Desynchronisation of people and practices in working households
The way we eat has some detrimental effects on our health, the environment and social cohesion.
Time-poverty, feeling rushed and lacking quality time – often attributed to juggling competing demands of work and family life – is a societal problem often associated with poor eating habits. These critical concerns are high on personal and public agendas and, together, demand attention. This project, funded by British Academy under their Postdoctoral Fellowship scheme, aims to address this issue.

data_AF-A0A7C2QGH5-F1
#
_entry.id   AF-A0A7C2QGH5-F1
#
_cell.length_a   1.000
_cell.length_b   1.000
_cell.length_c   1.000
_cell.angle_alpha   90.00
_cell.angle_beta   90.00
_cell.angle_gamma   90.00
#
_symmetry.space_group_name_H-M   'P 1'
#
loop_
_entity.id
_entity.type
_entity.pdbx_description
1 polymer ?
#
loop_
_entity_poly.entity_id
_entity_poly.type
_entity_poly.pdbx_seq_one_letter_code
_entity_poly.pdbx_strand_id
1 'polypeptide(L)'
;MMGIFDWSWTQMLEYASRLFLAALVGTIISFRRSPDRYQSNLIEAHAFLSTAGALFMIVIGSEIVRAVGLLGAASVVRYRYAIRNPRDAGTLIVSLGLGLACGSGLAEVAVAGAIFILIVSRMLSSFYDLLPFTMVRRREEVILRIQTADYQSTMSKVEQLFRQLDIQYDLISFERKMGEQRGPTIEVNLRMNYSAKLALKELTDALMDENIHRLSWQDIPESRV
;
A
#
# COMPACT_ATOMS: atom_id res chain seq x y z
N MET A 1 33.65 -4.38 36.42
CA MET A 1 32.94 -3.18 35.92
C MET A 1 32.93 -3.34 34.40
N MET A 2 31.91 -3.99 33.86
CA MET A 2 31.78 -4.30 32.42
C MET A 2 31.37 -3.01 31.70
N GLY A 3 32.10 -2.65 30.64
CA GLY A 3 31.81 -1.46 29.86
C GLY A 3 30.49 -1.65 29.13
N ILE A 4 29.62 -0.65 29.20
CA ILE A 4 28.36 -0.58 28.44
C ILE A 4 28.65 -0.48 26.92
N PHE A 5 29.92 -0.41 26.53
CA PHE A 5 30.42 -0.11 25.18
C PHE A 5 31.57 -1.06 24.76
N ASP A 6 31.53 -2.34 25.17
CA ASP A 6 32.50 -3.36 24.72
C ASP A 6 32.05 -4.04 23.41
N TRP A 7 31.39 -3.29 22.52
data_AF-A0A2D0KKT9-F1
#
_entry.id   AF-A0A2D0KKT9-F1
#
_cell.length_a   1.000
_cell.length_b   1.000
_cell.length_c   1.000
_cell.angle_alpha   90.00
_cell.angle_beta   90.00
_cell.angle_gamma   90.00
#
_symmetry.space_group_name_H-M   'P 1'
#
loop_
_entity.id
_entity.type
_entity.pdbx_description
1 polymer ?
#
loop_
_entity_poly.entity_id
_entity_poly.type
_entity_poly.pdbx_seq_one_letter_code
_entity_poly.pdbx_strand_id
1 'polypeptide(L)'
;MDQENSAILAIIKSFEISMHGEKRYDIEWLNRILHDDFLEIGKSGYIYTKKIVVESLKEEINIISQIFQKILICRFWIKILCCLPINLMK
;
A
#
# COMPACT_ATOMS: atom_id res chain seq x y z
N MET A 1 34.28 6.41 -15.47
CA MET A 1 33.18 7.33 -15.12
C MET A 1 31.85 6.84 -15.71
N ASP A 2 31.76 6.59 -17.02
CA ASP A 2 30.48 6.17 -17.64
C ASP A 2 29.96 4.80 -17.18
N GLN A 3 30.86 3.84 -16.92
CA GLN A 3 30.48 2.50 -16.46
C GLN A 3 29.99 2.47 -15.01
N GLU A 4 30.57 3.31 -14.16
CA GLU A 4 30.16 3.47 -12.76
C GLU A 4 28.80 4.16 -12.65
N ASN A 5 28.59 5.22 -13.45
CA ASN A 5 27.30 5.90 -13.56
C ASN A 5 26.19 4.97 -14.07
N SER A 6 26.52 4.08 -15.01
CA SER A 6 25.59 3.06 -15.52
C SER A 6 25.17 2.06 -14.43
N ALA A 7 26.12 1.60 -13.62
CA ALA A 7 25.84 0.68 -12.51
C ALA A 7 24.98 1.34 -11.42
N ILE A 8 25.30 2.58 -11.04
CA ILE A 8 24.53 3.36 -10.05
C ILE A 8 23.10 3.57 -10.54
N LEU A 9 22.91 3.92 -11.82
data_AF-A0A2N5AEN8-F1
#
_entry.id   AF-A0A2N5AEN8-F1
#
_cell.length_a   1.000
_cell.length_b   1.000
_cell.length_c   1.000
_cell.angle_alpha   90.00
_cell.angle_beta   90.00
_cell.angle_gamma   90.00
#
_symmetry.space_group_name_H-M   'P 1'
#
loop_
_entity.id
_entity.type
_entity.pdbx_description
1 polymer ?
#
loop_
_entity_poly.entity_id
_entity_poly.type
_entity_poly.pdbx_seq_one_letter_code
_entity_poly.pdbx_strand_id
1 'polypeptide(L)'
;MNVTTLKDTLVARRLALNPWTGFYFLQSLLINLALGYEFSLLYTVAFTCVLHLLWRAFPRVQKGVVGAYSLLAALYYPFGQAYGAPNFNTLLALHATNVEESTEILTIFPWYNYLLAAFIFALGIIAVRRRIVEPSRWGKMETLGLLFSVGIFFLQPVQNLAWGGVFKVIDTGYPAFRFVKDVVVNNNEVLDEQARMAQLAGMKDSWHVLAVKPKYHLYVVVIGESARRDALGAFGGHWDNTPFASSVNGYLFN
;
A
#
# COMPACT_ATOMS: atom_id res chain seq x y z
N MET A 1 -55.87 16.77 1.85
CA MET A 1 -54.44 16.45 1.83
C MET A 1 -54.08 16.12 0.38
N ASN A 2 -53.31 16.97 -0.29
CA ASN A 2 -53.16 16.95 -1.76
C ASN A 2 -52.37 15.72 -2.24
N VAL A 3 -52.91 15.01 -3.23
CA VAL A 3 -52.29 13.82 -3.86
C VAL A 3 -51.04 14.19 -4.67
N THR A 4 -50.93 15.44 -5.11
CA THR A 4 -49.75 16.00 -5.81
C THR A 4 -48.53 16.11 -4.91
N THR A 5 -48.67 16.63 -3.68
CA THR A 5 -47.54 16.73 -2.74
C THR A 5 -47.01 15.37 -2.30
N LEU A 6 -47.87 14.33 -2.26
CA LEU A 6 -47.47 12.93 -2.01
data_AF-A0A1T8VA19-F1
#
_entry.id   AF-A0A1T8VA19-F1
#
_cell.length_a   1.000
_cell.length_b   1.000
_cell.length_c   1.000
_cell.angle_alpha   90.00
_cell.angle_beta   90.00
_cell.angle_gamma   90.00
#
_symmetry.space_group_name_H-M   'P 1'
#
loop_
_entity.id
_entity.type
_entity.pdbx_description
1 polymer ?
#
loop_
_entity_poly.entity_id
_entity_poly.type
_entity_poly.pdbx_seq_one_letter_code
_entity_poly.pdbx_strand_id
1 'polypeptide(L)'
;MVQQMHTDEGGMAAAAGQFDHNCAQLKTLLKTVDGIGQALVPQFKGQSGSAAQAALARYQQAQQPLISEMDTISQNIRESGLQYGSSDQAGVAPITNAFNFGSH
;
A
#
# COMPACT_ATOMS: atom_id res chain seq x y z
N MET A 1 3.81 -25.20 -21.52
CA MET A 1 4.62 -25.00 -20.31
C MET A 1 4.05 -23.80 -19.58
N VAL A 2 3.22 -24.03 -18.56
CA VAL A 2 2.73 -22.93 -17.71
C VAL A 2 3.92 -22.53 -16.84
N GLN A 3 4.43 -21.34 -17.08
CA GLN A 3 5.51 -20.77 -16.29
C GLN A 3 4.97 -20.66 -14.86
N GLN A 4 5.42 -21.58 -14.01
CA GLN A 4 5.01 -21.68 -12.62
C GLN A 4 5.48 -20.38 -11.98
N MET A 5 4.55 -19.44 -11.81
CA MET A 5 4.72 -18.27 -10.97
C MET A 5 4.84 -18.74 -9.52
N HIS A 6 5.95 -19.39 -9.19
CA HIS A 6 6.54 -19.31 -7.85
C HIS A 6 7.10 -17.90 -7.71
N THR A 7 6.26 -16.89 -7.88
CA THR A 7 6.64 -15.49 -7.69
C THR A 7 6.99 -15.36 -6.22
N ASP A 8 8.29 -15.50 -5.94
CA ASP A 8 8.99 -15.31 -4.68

Bringing together understandings from the sociologies of food and work, the aim of this research is to explore how working arrangements and schedules shape:
- how much food preparation we do
- the combination of meals and snacks consumed
- the way we eat
- when we eat
- whether we eat at home or eat out
- with whom we eat.
The research takes a comparative, mixed-methods approach to examine shifting patterns and mechanisms underpinning the temporal organisation of employment and eating between 1975 and 2015.
It will generate empirically-evidenced, theoretically-grounded insights that speak to critical and policy-relevant debates about poor eating habits and work-life balance in the UK.
Our four research themes explore how we can achieve less resource-intensive ways of life.
We are developing research collaborations on emerging new themes.